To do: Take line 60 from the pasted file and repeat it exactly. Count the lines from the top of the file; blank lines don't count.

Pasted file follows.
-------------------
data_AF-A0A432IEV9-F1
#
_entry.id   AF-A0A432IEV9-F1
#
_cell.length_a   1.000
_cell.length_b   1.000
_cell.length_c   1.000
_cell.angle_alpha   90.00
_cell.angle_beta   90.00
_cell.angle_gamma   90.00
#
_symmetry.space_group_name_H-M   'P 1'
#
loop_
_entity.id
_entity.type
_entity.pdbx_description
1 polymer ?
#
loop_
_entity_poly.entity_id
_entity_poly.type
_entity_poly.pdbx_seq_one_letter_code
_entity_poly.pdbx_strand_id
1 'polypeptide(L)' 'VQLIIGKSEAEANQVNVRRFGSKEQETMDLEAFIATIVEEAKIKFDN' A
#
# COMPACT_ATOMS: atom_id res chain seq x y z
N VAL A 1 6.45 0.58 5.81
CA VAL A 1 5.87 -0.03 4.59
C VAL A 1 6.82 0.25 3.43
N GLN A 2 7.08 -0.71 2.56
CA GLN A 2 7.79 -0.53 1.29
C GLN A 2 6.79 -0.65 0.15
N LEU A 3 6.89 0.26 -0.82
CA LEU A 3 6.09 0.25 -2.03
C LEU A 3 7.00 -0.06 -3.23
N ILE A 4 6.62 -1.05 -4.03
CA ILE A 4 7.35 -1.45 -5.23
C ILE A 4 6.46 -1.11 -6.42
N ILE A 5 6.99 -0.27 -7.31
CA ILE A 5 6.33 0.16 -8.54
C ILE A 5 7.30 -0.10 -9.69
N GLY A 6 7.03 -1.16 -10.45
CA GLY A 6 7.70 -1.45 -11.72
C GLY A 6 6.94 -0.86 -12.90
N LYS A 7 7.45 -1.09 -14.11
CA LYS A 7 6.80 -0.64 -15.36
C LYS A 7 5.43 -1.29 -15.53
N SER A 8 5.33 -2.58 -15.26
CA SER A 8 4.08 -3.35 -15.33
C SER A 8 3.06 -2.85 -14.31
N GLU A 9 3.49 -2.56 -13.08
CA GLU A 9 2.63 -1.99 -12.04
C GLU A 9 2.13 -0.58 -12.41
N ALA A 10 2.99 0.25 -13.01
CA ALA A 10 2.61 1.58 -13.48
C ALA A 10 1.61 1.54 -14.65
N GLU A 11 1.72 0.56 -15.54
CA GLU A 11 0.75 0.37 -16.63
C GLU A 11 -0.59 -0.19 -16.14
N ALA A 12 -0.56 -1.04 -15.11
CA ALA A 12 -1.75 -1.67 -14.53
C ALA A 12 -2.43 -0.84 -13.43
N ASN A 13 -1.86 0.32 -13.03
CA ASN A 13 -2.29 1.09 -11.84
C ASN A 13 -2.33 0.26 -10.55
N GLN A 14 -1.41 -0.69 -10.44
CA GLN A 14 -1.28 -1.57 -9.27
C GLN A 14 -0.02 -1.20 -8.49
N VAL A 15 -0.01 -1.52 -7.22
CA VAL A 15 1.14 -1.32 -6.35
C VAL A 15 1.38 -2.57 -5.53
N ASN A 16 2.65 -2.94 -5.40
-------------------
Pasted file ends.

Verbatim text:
C GLU A 11 -0.59 -0.19 -16.14